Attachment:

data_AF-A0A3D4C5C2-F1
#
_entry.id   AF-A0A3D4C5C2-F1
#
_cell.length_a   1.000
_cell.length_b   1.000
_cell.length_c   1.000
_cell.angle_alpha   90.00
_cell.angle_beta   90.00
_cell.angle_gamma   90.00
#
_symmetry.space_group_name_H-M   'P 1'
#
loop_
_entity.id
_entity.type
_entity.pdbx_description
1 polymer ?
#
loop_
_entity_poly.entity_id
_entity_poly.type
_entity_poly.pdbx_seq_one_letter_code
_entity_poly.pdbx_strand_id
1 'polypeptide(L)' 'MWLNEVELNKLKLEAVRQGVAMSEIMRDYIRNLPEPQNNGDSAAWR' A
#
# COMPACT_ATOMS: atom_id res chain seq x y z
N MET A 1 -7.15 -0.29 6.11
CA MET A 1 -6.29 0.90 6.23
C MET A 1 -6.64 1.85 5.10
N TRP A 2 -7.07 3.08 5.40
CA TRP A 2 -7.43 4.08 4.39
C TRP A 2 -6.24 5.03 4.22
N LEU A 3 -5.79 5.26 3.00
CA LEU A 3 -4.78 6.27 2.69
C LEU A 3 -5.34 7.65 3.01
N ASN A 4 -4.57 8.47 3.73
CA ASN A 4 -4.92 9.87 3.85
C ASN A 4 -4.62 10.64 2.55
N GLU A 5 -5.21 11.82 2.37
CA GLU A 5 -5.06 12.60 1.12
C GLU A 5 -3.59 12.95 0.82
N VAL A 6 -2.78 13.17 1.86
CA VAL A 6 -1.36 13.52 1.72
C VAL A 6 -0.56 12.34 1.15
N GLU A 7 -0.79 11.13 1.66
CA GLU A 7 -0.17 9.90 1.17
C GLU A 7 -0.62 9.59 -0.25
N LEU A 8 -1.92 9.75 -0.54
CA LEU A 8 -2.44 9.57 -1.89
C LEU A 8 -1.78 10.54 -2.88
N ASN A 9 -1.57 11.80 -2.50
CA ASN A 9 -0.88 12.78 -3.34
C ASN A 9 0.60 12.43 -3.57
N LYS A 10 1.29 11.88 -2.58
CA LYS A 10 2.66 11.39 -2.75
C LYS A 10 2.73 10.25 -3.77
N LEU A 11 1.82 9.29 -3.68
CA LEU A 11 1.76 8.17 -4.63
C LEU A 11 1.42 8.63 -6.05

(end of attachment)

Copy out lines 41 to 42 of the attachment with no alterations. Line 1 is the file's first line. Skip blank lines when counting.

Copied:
CA GLU A 5 -5.06 12.60 1.12
C GLU A 5 -3.59 12.95 0.82